Harvey Norman Among The Worst Retailers When It Comes To Complaints Claims NSW Fair Trading
Harvey Norman has been identified as one of NSW Fair Trading’s worst offenders when it came to complaints about the company’s operations.
Harvey Norman were close to the top of the list with 29 complaints, behind them was Air Asia with 25 complaints.
It was only 12 months ago that the mass retailer of consumer electronics and appliances was identified as being the most expensive retailer to buy gear from.
Three years ago chairman Gerry Harvey was caught out complaining about the service in his own stores when he dressed up in disguise “as a”pensioner” for a TV show.
At one stage Gerry Harvey mumbled “that was shocking” when he tried to get information for one of his salespeople at Harvey Norman store.
NSW Fair Trading Commissioner, Rod Stowe, explained that the Complaints Register is a win for consumers, giving them greater information and choice in the marketplace.
“This register empowers consumers to make informed decisions, and provides an incentive for traders to improve their business practices and accept full accountability for the goods and services they provide,” said Mr Stowe.
Several businesses have already engaged with NSW Fair Trading and taken steps to reduce the number of complaints and avoid appearing on the register. It’s not known whether Harvey Norman is one of those companies that is working with New South Wales Fair Trading to reduce the complaint levels.
What it does come to complaints about products Harvey Norman takes little responsibility. When purchasing goods from manufacturers or distributors there is often clauses in their contracts that allow Harvey Norman to take back goods and ship them directly back to a Melbourne-based sorting group who then liaises with the manufacturers.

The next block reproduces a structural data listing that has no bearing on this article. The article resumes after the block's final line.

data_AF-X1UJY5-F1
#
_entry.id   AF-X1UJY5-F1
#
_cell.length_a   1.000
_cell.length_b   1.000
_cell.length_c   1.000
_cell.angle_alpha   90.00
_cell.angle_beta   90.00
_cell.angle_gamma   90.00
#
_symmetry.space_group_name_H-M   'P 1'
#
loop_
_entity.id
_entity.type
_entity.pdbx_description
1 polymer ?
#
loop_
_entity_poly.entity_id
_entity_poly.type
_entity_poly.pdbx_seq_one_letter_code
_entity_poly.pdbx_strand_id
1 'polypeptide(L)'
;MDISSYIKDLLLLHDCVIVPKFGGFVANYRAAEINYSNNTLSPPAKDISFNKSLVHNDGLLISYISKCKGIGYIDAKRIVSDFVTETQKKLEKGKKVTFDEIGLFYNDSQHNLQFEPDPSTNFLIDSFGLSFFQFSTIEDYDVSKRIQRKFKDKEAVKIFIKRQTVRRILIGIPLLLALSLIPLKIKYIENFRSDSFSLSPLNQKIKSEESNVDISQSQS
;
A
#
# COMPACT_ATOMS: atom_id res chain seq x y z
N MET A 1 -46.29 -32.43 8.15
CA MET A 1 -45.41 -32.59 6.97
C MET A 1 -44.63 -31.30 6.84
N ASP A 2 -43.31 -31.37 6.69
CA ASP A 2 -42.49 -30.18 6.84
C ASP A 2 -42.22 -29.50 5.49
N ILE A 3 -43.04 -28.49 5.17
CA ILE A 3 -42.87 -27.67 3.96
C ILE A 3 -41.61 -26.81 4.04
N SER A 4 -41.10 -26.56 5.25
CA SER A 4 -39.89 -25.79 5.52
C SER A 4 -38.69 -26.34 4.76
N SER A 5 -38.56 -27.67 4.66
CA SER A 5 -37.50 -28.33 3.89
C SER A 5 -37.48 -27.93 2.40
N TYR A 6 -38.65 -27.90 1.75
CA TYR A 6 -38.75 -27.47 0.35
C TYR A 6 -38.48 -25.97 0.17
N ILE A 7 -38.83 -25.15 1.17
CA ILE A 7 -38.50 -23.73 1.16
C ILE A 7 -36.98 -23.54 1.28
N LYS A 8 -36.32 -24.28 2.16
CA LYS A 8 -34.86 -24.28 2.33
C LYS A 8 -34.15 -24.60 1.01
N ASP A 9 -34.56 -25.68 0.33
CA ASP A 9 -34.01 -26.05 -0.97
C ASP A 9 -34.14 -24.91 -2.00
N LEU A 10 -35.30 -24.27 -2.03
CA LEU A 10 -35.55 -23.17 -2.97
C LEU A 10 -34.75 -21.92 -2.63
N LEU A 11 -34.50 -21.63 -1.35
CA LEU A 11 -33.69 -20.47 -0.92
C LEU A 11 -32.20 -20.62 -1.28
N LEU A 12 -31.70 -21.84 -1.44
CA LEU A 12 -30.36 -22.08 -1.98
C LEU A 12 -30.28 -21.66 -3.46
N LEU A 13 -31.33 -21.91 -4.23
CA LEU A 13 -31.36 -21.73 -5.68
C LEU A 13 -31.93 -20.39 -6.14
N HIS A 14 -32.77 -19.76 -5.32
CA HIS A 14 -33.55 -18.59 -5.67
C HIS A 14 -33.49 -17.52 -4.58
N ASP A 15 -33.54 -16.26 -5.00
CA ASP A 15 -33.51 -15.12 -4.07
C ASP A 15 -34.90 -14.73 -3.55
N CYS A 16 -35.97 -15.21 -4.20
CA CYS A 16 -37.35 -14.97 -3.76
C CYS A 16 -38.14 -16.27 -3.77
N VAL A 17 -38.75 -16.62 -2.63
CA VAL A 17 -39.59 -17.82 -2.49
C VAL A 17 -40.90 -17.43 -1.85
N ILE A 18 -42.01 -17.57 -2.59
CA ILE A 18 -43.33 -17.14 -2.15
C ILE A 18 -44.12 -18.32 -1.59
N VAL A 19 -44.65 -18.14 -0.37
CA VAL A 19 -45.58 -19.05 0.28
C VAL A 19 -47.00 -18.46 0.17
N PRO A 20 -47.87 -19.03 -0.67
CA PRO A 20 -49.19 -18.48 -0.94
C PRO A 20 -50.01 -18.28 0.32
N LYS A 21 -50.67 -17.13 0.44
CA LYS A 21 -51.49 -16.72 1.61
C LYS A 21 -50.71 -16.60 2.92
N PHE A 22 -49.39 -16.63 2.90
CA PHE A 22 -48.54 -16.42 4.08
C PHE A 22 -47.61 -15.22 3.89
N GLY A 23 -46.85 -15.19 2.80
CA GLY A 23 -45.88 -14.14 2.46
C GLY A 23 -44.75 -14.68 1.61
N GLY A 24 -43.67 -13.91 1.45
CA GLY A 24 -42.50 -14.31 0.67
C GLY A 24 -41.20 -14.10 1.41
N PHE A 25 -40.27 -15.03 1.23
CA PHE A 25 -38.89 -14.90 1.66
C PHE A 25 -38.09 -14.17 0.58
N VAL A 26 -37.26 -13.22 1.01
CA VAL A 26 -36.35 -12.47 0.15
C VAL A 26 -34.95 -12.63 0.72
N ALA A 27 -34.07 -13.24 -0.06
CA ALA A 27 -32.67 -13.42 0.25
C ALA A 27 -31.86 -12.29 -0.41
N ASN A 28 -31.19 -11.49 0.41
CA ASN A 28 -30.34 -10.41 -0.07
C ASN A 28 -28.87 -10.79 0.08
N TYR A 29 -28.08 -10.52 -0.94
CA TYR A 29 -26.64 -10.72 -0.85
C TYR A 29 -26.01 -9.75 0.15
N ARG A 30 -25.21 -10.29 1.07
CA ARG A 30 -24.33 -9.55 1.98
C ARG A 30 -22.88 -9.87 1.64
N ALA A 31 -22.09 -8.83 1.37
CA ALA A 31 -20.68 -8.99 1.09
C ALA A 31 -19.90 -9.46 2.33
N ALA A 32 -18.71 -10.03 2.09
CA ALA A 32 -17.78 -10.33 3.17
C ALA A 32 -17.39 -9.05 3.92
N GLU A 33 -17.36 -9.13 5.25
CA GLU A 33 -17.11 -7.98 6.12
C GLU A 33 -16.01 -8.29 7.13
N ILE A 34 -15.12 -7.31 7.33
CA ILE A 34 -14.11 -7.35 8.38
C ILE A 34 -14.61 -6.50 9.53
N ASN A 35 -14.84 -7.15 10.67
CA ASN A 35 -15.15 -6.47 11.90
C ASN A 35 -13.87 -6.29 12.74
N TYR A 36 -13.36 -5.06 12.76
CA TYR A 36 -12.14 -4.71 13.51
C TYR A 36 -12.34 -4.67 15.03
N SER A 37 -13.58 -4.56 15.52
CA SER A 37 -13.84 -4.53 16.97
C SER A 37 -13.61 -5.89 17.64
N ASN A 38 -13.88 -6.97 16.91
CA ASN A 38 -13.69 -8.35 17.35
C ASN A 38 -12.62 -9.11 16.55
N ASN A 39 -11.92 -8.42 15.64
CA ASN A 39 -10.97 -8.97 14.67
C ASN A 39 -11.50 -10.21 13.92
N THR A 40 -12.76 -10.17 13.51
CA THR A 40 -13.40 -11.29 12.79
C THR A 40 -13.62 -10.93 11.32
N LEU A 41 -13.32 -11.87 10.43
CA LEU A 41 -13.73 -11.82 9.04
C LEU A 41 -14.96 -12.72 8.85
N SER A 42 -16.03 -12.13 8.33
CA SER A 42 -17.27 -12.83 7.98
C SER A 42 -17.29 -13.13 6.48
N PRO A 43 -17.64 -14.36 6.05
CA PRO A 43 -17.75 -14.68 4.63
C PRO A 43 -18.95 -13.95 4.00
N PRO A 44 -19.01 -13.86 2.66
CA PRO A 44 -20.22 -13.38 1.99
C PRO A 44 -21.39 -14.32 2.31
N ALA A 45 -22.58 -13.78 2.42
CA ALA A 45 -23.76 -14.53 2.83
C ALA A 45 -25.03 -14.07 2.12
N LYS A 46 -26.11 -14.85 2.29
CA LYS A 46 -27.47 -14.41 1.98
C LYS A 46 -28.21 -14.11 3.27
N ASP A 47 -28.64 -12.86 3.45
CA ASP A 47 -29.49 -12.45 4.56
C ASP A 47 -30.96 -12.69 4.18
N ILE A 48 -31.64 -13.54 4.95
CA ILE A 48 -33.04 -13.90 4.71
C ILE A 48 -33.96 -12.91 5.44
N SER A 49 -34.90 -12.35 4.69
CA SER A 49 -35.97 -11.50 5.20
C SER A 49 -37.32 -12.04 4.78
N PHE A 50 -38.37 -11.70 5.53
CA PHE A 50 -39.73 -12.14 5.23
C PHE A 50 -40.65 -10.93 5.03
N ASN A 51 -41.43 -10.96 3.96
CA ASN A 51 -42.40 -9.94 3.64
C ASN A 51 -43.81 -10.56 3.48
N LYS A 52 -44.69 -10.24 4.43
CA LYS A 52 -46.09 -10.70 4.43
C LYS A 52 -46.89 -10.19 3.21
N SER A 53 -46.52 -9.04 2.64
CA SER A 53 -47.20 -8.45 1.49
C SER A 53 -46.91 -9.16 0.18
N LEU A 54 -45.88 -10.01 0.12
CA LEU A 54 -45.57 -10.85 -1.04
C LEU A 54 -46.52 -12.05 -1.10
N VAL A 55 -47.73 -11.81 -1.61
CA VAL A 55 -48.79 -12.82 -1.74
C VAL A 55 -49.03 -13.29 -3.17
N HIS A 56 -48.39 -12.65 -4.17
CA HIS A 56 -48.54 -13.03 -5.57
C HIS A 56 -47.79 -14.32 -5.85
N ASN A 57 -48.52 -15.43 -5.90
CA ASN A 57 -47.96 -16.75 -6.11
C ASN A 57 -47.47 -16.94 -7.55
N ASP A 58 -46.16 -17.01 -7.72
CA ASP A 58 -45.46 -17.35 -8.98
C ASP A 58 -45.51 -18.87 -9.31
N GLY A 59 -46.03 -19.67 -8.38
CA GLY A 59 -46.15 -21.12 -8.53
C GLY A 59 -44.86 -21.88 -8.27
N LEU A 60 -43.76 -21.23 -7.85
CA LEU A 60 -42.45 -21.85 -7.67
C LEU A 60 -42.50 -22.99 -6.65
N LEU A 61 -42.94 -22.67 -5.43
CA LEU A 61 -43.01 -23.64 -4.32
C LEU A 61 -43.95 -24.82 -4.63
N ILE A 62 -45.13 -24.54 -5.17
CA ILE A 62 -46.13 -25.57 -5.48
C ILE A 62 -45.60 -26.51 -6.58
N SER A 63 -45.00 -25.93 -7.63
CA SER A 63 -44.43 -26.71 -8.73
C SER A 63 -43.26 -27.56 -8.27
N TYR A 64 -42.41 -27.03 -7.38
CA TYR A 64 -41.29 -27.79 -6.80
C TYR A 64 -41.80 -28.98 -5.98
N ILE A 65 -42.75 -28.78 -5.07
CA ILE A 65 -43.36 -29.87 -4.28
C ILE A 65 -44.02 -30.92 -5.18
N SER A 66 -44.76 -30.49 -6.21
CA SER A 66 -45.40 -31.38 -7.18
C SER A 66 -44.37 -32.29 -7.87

“The register encourages the marketplace to regulate itself, and publishing monthly allows businesses the chance to improve their complaint handling procedures.” Mr Stowe said.
NSW Fair Trading said that they had recently met with senior representatives from a large national business carrying a significant product range, to identify complaint trends and establish methods to resolve issues.
As a result of their engagement with Fair Trading, the business employed new staff to oversee their complaints handling process and provided additional resourcing to mitigate complaint levels. The new procedures resulted in a significant decrease in complaints lodged with NSW Fair Trading. It is not known whether this company is Harvey Norman as the company is refusing to comment on the issue.
Mr Stowe defended the decision to aggregate data under the overarching brand name for retail groups and franchises.
“This is the name these traders use when promoting their businesses to the public and this is the name consumers identify with when making a transaction,” Mr Stowe said.
The legislation establishing the Complaints Register had bi-partisan support when it passed through the Parliament last year and the underpinning guidelines have been endorsed by the NSW Commissioners for Information, Small Business and Customer Service.